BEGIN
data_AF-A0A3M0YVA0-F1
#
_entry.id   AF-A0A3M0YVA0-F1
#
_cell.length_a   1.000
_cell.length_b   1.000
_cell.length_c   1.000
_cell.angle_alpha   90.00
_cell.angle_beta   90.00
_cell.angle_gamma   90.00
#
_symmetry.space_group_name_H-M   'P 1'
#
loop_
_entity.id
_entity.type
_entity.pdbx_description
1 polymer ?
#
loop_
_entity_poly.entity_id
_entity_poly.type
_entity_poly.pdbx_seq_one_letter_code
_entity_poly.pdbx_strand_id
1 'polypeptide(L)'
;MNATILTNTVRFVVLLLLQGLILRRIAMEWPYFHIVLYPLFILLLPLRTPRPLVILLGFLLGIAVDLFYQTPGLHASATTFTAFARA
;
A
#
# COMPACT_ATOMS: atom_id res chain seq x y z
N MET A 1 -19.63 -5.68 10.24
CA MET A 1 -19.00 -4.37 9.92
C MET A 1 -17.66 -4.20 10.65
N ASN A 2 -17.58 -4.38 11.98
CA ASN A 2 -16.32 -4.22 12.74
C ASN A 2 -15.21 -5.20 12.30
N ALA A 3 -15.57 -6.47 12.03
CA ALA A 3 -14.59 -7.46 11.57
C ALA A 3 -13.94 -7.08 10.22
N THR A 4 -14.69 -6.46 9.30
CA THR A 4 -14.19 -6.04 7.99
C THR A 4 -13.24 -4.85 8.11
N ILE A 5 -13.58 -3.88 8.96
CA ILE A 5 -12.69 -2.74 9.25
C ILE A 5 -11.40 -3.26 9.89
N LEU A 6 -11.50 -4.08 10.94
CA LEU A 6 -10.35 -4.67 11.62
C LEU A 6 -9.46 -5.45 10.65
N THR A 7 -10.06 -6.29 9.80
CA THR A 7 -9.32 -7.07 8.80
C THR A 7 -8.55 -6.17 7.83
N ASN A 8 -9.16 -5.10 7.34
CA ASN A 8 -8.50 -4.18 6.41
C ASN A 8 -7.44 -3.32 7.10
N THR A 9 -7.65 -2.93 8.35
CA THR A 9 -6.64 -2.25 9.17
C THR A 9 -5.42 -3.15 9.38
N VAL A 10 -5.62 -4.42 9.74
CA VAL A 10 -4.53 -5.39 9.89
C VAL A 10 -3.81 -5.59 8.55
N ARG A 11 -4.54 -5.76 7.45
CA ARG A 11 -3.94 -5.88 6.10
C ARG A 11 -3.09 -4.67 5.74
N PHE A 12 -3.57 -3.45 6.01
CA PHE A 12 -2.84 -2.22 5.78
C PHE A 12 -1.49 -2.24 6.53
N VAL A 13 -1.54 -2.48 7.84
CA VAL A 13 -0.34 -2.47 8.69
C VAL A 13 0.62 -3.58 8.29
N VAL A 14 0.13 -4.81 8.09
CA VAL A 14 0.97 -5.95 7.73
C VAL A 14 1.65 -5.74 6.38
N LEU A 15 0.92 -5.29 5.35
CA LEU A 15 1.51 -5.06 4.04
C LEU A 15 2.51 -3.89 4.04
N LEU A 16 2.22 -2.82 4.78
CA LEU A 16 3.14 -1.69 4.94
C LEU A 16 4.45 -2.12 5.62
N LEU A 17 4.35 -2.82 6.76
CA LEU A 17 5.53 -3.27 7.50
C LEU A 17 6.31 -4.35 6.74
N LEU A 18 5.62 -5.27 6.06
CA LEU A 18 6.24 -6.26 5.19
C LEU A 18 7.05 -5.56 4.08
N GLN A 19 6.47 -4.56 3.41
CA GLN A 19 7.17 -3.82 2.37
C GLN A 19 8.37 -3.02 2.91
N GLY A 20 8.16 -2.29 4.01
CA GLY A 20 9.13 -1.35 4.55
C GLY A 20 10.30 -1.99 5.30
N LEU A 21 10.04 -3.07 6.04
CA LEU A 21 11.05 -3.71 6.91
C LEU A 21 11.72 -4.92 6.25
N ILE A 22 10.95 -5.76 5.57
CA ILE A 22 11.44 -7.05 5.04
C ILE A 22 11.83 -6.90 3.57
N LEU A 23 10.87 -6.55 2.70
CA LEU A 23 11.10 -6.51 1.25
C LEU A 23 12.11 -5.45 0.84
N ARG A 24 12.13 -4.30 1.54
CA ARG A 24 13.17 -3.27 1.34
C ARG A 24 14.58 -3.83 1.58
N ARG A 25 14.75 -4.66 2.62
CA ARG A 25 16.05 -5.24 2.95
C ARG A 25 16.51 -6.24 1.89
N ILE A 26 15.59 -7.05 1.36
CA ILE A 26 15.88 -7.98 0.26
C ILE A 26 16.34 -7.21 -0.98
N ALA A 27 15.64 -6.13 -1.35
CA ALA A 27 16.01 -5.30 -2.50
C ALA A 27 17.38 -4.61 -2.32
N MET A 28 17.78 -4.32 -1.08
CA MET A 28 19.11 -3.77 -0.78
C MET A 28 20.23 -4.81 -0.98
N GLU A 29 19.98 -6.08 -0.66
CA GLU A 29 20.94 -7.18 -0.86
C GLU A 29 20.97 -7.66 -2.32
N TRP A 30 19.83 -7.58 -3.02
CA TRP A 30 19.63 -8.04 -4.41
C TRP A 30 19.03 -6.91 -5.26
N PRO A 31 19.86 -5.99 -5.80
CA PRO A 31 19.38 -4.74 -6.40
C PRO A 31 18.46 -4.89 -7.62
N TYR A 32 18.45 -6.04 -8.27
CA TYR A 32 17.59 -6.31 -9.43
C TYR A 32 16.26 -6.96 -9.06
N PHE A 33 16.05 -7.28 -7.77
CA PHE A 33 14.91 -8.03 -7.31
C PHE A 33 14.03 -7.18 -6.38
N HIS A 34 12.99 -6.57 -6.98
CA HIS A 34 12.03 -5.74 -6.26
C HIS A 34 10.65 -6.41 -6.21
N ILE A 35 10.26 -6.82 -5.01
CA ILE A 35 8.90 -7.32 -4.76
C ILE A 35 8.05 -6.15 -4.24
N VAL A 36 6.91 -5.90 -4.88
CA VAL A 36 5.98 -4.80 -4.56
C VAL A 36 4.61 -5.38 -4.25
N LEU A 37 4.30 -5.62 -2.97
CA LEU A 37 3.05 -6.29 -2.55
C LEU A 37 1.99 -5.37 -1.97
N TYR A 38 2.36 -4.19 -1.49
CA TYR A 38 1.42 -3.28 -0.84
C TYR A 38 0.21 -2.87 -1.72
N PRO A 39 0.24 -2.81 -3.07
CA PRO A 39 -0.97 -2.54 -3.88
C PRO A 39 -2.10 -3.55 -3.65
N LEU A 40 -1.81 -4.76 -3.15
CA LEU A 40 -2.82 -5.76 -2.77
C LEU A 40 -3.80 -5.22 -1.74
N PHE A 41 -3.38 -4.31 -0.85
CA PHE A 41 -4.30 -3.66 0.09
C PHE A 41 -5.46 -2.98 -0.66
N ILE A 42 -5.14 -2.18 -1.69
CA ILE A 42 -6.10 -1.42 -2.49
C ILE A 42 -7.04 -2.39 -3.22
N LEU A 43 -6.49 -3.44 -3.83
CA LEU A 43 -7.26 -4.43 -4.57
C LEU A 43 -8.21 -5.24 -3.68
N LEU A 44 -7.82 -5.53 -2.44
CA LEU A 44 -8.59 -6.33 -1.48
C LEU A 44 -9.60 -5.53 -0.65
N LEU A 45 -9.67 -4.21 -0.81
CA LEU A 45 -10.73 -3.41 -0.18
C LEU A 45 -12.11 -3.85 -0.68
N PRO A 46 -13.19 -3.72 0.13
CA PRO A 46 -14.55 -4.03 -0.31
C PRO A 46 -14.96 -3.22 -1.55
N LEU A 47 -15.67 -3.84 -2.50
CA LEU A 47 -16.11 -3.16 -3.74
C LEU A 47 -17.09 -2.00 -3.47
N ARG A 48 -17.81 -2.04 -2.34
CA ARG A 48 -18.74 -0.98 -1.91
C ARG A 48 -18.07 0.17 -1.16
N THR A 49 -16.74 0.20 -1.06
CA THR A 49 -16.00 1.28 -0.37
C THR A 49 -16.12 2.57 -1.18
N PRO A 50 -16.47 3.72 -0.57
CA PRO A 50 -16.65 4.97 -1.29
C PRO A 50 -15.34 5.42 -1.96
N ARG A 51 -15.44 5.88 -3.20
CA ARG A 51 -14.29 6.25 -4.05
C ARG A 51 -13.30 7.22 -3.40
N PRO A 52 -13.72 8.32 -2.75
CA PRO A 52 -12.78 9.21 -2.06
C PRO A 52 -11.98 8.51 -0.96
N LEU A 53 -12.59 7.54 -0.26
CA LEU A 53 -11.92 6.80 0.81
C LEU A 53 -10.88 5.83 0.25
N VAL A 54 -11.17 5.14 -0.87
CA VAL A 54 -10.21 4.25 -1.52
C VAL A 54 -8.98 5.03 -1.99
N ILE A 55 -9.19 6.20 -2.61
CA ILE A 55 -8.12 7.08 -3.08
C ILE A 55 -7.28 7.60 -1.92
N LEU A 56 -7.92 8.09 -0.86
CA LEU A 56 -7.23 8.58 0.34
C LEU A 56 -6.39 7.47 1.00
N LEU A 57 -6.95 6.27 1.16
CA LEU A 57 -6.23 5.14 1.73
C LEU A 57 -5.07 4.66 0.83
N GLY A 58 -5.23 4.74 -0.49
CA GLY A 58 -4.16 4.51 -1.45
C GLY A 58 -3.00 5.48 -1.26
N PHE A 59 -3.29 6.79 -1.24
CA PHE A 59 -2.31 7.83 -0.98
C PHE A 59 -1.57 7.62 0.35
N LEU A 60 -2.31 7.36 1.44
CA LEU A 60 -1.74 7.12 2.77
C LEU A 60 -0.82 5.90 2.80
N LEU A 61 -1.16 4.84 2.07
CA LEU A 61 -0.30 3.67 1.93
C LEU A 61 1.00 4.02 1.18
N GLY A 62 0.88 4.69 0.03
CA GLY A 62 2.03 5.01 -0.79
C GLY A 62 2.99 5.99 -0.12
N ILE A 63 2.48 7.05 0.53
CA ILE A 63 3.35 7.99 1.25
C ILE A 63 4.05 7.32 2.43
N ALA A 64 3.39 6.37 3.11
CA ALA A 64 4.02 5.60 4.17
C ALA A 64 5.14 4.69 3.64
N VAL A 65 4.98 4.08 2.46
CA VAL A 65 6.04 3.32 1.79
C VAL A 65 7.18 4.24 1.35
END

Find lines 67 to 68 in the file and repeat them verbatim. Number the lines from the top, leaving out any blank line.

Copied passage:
N VAL A 13 -1.54 -2.48 7.84
CA VAL A 13 -0.34 -2.47 8.69